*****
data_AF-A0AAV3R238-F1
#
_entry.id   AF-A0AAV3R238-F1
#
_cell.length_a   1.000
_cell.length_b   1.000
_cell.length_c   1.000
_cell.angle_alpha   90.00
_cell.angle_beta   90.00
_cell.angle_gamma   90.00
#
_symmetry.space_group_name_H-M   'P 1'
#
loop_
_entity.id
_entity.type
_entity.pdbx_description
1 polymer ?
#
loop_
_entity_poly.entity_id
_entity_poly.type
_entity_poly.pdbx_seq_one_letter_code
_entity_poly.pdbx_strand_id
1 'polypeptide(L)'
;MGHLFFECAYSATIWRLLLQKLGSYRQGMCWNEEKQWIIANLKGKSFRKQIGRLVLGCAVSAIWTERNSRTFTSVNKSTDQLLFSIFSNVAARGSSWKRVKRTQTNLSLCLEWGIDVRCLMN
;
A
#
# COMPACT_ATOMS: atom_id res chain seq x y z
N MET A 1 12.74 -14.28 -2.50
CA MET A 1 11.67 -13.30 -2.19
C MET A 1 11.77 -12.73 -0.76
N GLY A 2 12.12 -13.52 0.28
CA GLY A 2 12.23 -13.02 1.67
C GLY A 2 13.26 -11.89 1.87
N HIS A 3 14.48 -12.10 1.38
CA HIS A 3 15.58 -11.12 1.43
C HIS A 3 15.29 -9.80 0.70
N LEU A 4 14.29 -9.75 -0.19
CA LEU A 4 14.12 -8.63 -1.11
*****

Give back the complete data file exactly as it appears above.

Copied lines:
data_AF-A0AAV3R238-F1
#
_entry.id   AF-A0AAV3R238-F1
#
_cell.length_a   1.000
_cell.length_b   1.000
_cell.length_c   1.000
_cell.angle_alpha   90.00
_cell.angle_beta   90.00
_cell.angle_gamma   90.00
#
_symmetry.space_group_name_H-M   'P 1'
#
loop_
_entity.id
_entity.type
_entity.pdbx_description
1 polymer ?
#
loop_
_entity_poly.entity_id
_entity_poly.type
_entity_poly.pdbx_seq_one_letter_code
_entity_poly.pdbx_strand_id
1 'polypeptide(L)'
;MGHLFFECAYSATIWRLLLQKLGSYRQGMCWNEEKQWIIANLKGKSFRKQIGRLVLGCAVSAIWTERNSRTFTSVNKSTDQLLFSIFSNVAARGSSWKRVKRTQTNLSLCLEWGIDVRCLMN
;
A
#
# COMPACT_ATOMS: atom_id res chain seq x y z
N MET A 1 12.74 -14.28 -2.50
CA MET A 1 11.67 -13.30 -2.19
C MET A 1 11.77 -12.73 -0.76
N GLY A 2 12.12 -13.52 0.28
CA GLY A 2 12.23 -13.02 1.67
C GLY A 2 13.26 -11.89 1.87
N HIS A 3 14.48 -12.10 1.38
CA HIS A 3 15.58 -11.12 1.43
C HIS A 3 15.29 -9.80 0.70
N LEU A 4 14.29 -9.75 -0.19
CA LEU A 4 14.12 -8.63 -1.11